Festive fallouts are as much a part of Christmas as turkey and tinsel, so we're led to believe, making it a busy time of year for divorce lawyers. But is this really the case, asks Chris Bowlby.
If you feel in danger of becoming too misty eyed over all those Christmas messages of peace and goodwill, you can always revive more Scrooge-like feelings with a dose of seasonal statistics put out by the divorce industry.
Every year brings new surveys and stories suggesting Christmas is a time when many couples decide they can't stand each other and head in their thousands to divorce lawyers come the new year.
But do these claims actually stand up, or are they more to do with the divorce and marriage guidance industry trying to drum up business.
Last year some of the most striking claims were made in two widely reported surveys. These were carried out by a marketing company and commissioned by Insidedivorce.com and the government-funded Family Mediation Helpline.
"More than 1.8 million couples will have contemplated divorcing their partner during the Christmas period," said the Family Mediation Helpline press release. The Times suggested one of the surveys had concluded that "up to one in five couples inquire about divorce after the strains of Christmas".
As official statistics suggest there are more than 14 million couples in the UK, this would translate to some very long queues outside the offices of divorce lawyers in January. And it is also an intriguingly high figure given the annual divorce rate is heading downwards currently towards 140,000 a year.
Some divorce lawyers and mediation experts undoubtedly do experience increase in demand after Christmas, though for its survey Insidedivorce.com only used lawyers on its books. And some other lawyers don't recognise this pattern at all.
"I've been in practice for going on 30 years," says Marilyn Stowe, a leading family lawyer based in Yorkshire but with a national and international practice.
"It's certainly not my experience that straight after the Christmas holidays people rush to get divorced, it just doesn't happen."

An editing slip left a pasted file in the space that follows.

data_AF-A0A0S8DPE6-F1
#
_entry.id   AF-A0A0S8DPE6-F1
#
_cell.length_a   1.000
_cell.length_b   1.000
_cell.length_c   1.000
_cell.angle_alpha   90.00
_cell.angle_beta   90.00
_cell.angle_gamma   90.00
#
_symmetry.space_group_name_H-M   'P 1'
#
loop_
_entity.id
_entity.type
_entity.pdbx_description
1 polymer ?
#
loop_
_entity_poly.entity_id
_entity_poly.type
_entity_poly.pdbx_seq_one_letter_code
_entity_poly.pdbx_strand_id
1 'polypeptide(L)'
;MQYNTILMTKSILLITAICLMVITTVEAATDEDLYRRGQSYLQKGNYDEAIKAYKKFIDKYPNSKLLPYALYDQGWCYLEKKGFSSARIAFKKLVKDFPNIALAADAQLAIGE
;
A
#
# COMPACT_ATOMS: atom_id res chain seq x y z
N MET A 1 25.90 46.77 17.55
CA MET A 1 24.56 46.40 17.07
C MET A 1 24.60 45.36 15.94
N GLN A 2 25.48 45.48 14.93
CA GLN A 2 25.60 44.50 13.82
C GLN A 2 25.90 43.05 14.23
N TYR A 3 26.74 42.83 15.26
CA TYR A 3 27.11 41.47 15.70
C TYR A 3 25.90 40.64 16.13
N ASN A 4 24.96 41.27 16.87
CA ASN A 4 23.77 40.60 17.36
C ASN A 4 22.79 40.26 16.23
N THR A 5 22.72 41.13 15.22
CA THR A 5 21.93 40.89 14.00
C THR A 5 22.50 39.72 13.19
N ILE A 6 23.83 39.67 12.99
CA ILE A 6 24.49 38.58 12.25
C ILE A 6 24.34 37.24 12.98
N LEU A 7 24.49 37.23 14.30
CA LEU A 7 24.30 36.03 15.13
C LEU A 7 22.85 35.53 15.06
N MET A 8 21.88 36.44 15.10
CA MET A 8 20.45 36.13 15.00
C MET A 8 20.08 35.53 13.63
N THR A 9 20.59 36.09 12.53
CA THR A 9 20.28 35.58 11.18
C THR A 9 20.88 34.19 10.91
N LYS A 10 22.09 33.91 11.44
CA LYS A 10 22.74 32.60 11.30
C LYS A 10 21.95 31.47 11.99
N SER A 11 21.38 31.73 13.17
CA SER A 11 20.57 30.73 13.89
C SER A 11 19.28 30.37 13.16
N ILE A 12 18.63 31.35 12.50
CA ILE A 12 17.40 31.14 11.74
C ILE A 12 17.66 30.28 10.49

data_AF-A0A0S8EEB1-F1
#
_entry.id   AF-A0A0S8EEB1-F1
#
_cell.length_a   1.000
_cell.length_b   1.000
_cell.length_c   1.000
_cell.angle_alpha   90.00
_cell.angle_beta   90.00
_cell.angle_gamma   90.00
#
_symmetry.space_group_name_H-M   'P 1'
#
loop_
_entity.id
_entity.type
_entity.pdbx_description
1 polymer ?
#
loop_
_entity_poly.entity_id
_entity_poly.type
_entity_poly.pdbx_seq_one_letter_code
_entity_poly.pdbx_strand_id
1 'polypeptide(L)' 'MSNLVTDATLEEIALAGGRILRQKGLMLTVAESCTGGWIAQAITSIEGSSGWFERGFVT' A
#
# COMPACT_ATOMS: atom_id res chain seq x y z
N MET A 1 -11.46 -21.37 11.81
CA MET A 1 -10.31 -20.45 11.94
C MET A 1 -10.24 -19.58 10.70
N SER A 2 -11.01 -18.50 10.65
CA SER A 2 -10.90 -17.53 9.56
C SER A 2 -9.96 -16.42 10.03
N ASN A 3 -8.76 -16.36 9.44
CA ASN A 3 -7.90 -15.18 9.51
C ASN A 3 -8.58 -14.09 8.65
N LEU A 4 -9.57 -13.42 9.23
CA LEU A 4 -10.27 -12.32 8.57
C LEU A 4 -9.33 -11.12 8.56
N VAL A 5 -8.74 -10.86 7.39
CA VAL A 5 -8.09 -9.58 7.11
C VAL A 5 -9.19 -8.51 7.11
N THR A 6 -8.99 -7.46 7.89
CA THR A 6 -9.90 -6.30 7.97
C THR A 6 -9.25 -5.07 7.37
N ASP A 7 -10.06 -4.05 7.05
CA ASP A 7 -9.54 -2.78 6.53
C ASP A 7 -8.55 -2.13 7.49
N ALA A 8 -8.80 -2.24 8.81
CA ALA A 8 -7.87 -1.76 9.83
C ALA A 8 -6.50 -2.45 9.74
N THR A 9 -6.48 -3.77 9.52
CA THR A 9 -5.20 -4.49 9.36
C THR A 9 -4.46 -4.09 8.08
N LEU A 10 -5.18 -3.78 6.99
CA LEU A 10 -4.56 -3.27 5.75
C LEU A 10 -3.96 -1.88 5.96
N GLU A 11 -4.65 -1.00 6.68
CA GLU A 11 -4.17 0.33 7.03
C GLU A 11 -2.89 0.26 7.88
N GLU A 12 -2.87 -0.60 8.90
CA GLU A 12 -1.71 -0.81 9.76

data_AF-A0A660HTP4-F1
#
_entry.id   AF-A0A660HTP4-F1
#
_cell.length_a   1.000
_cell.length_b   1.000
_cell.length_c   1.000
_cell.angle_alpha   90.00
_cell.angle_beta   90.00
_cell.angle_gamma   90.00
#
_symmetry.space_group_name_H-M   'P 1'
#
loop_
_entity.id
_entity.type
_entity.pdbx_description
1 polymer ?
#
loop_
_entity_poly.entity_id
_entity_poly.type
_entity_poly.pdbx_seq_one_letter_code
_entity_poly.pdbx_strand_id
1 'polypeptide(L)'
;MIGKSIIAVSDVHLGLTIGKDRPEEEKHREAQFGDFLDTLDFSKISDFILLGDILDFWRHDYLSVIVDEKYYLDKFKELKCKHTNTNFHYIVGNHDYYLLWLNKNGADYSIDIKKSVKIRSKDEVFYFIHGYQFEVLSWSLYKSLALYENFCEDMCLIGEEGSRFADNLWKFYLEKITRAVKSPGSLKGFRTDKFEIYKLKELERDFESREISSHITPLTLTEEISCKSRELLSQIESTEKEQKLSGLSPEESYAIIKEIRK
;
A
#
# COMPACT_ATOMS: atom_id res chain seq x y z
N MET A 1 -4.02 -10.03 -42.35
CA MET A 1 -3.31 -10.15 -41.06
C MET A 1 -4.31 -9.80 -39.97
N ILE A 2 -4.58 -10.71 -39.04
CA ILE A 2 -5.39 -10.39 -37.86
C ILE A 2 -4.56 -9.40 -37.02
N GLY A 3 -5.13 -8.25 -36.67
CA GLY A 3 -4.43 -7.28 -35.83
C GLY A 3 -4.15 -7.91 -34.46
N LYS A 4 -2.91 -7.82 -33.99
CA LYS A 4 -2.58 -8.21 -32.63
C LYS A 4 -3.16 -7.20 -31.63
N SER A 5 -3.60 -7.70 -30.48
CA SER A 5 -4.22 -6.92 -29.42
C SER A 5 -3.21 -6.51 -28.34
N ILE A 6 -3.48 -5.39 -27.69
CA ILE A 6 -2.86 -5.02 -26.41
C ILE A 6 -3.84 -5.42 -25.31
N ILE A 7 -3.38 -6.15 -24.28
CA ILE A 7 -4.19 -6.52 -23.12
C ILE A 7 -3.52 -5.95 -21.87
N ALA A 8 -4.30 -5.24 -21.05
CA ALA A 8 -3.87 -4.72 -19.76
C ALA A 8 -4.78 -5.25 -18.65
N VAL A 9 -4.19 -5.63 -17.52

In Ms Stowe's experience, there are seasonal variations in divorce - but the blips tend to come in the spring and early summer - when school exams are over and term is coming to an end. It allows for a good run up before school term starts again.
Christmas in the credit crunch may add to family tensions, and another survey, published on Wednesday, found relationship counselling had risen as the downturn has started to bite. But these same hard times make the cost of divorce much higher. If the value of the family home has decreased there is less to share out, for example. So even if couples consider divorce, they may go no further once they realise the consequences.
For some families and couples Christmas can, by contrast, be a bonding experience. This, however, is not something PR companies and the media find very compelling as they search for eye-catching stories when genuine news is thin.
So why had Insidedivorce.com issued statements suggesting that "the statistics make grim reading for anyone believing Christmas is a period of harmony and goodwill"?
"I think that's possibly overstating the case" concedes Derek Bedlow, editor of the website. "But for those whose relationships are in trouble it is a dangerous time."
So is there any measurable relationship between Christmas and divorce? The UK Statistics Authority - the official statistics gatherer - doesn't record seasonally when divorce happens. So the idea that the festive season does more harm to marriage than good does not seem proven.
Perhaps there should be new categories for these Christmas survey statistics. Scroogeistics for those who can't stand all the harmony and goodwill stuff. And optimistics for the romantics who believe Christmas solves everything.